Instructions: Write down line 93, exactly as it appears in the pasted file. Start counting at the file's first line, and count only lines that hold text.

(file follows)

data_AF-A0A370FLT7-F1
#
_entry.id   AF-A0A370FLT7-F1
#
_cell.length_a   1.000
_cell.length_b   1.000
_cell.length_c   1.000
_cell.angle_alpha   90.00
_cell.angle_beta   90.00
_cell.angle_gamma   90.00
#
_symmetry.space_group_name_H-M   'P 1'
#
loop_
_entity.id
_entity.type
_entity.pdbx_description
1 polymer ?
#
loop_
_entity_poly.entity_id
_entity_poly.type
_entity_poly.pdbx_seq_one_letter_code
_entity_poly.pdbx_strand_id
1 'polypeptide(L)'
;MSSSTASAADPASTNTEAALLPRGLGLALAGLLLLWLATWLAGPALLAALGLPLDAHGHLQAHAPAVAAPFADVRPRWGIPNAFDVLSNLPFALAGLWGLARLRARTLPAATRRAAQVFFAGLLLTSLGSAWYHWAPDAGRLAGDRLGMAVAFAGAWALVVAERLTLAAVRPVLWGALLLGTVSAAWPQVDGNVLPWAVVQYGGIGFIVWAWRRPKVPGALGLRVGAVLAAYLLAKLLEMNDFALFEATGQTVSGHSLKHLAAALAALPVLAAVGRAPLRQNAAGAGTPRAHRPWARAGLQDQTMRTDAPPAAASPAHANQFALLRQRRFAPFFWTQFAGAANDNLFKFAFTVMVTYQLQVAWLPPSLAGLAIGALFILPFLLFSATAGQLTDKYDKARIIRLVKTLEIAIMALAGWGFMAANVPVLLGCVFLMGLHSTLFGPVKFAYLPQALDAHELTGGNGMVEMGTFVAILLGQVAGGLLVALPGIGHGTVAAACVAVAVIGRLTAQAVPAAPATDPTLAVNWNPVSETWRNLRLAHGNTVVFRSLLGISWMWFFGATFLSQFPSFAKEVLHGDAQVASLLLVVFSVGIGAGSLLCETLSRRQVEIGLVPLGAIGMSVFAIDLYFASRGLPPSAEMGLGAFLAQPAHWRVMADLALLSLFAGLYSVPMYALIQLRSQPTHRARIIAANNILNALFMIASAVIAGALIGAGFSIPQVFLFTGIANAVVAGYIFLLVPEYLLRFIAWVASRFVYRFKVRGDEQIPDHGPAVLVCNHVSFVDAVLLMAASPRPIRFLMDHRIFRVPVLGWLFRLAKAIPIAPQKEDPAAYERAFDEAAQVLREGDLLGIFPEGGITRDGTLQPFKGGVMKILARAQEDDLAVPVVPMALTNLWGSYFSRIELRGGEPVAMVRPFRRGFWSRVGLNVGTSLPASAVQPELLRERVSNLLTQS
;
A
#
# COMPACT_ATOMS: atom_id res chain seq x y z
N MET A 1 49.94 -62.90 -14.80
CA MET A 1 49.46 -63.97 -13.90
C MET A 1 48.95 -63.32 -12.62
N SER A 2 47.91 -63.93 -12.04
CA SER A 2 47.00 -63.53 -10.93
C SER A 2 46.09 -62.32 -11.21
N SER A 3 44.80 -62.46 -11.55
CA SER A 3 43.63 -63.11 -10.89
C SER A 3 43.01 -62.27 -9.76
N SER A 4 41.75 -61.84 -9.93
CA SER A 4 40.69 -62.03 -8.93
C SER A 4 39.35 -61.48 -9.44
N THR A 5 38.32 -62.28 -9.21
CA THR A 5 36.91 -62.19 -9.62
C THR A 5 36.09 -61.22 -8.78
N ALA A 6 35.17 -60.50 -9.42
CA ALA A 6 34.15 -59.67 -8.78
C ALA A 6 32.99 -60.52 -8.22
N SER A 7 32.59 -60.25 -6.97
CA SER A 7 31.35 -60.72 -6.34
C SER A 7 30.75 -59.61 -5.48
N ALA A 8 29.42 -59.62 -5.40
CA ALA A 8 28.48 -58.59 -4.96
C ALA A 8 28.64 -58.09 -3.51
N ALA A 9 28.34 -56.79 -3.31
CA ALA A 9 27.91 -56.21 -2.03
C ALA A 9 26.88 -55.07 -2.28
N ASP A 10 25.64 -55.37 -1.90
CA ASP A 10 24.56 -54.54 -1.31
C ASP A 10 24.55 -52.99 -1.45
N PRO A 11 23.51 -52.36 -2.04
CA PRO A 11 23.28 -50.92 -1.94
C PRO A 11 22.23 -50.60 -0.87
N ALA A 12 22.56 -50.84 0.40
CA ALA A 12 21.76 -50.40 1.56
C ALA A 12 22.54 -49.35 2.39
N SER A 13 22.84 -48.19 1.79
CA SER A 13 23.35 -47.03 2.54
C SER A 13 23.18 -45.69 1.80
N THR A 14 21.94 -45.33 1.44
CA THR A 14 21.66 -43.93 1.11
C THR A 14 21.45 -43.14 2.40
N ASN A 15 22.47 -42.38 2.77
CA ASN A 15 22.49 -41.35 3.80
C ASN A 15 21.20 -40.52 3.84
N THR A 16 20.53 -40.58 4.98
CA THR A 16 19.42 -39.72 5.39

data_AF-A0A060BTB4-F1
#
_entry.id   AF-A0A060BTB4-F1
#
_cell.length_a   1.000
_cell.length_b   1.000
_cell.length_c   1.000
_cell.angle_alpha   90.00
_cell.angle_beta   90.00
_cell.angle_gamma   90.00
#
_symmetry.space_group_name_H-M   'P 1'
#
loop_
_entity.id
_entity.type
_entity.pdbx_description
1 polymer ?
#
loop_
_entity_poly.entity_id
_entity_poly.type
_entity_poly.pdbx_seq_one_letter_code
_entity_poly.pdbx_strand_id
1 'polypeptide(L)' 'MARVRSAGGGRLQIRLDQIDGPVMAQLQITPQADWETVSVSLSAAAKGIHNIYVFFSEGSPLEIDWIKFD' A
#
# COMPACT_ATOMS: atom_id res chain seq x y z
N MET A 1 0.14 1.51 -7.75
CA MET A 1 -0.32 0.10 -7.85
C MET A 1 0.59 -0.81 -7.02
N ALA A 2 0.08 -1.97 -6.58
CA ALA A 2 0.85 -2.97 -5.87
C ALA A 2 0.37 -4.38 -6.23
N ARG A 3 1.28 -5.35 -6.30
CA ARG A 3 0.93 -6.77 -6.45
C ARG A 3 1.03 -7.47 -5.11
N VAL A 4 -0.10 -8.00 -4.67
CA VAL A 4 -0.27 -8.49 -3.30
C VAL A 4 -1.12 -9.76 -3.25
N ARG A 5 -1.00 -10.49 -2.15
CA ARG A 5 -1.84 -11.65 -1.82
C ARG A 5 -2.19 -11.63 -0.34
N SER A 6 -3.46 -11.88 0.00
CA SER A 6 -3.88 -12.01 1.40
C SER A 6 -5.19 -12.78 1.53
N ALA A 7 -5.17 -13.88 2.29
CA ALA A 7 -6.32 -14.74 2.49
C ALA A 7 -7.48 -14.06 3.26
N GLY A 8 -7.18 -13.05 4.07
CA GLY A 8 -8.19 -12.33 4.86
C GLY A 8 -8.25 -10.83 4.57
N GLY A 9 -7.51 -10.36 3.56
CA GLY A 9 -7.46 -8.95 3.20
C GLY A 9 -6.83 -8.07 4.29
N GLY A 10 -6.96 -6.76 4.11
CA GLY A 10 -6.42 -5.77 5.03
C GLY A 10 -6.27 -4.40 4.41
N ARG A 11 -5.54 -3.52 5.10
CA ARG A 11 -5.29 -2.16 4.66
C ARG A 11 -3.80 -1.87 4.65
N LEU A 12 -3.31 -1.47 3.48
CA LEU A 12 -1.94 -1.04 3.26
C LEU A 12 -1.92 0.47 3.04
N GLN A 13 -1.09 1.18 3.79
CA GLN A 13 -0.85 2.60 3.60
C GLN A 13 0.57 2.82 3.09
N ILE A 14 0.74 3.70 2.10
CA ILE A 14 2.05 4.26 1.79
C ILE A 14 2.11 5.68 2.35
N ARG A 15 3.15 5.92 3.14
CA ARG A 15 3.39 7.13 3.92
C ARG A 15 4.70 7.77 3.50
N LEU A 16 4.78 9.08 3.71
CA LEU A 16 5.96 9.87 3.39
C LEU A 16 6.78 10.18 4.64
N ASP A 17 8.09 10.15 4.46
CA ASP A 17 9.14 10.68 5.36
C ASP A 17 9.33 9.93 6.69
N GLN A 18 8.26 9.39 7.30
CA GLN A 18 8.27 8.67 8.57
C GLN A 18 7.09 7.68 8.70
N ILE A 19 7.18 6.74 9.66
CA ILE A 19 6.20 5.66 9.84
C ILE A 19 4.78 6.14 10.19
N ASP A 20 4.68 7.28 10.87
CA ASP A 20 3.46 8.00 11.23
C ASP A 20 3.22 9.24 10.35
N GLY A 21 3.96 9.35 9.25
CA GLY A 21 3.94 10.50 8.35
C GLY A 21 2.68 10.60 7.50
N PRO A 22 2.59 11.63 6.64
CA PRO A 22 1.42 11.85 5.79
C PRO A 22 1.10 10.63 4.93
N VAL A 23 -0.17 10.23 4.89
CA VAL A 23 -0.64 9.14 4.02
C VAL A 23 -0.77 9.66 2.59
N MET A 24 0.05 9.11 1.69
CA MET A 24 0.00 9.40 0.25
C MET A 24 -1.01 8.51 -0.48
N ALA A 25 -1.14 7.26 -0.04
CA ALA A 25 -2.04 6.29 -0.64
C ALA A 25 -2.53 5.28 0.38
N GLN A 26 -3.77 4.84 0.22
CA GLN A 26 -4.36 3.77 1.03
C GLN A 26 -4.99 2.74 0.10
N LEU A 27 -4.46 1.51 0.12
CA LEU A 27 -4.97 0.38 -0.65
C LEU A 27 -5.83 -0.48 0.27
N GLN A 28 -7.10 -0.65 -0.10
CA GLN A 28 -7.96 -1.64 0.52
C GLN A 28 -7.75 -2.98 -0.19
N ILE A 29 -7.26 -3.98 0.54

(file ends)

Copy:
_entity.type